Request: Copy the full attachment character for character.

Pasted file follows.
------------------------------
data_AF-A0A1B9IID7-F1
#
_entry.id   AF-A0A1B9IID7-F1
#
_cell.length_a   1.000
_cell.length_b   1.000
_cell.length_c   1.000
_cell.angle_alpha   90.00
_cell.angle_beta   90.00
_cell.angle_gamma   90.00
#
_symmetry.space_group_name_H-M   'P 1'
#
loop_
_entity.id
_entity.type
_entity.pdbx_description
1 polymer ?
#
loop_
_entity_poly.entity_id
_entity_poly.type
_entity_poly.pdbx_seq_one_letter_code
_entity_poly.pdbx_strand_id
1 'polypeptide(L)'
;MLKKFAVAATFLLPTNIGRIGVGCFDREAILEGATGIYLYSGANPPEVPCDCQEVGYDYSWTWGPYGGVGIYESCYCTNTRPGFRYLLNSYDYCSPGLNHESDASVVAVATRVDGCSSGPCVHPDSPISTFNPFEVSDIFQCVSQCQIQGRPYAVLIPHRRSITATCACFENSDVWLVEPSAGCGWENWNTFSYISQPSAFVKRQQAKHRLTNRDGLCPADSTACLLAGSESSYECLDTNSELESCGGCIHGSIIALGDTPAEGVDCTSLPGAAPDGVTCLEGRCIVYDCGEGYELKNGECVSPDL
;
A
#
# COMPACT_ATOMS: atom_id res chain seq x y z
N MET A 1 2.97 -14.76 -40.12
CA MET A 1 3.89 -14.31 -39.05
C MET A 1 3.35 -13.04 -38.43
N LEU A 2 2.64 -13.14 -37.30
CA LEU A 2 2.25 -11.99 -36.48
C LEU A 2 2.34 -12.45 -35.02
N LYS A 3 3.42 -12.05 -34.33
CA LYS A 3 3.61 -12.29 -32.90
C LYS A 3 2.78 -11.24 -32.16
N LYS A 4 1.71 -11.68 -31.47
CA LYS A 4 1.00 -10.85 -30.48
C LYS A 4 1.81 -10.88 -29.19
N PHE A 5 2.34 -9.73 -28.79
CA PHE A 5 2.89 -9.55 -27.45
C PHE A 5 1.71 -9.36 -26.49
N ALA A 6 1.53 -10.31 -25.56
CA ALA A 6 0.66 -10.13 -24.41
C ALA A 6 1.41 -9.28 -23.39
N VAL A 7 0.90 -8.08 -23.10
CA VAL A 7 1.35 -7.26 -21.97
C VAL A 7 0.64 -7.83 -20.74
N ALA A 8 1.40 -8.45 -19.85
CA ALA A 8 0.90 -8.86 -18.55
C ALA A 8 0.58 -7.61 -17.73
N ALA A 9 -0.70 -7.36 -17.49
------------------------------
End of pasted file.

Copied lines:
data_AF-A0A1B9IID7-F1
#
_entry.id   AF-A0A1B9IID7-F1
#
_cell.length_a   1.000
_cell.length_b   1.000
_cell.length_c   1.000
_cell.angle_alpha   90.00
_cell.angle_beta   90.00
_cell.angle_gamma   90.00
#
_symmetry.space_group_name_H-M   'P 1'
#
loop_
_entity.id
_entity.type
_entity.pdbx_description
1 polymer ?
#
loop_
_entity_poly.entity_id
_entity_poly.type
_entity_poly.pdbx_seq_one_letter_code
_entity_poly.pdbx_strand_id
1 'polypeptide(L)'
;MLKKFAVAATFLLPTNIGRIGVGCFDREAILEGATGIYLYSGANPPEVPCDCQEVGYDYSWTWGPYGGVGIYESCYCTNTRPGFRYLLNSYDYCSPGLNHESDASVVAVATRVDGCSSGPCVHPDSPISTFNPFEVSDIFQCVSQCQIQGRPYAVLIPHRRSITATCACFENSDVWLVEPSAGCGWENWNTFSYISQPSAFVKRQQAKHRLTNRDGLCPADSTACLLAGSESSYECLDTNSELESCGGCIHGSIIALGDTPAEGVDCTSLPGAAPDGVTCLEGRCIVYDCGEGYELKNGECVSPDL
;
A
#
# COMPACT_ATOMS: atom_id res chain seq x y z
N MET A 1 2.97 -14.76 -40.12
CA MET A 1 3.89 -14.31 -39.05
C MET A 1 3.35 -13.04 -38.43
N LEU A 2 2.64 -13.14 -37.30
CA LEU A 2 2.25 -11.99 -36.48
C LEU A 2 2.34 -12.45 -35.02
N LYS A 3 3.42 -12.05 -34.33
CA LYS A 3 3.61 -12.29 -32.90
C LYS A 3 2.78 -11.24 -32.16
N LYS A 4 1.71 -11.68 -31.47
CA LYS A 4 1.00 -10.85 -30.48
C LYS A 4 1.81 -10.88 -29.19
N PHE A 5 2.34 -9.73 -28.79
CA PHE A 5 2.89 -9.55 -27.45
C PHE A 5 1.71 -9.36 -26.49
N ALA A 6 1.53 -10.31 -25.56
CA ALA A 6 0.66 -10.13 -24.41
C ALA A 6 1.41 -9.28 -23.39
N VAL A 7 0.90 -8.08 -23.10
CA VAL A 7 1.35 -7.26 -21.97
C VAL A 7 0.64 -7.83 -20.74
N ALA A 8 1.40 -8.45 -19.85
CA ALA A 8 0.90 -8.86 -18.55
C ALA A 8 0.58 -7.61 -17.73
N ALA A 9 -0.70 -7.36 -17.49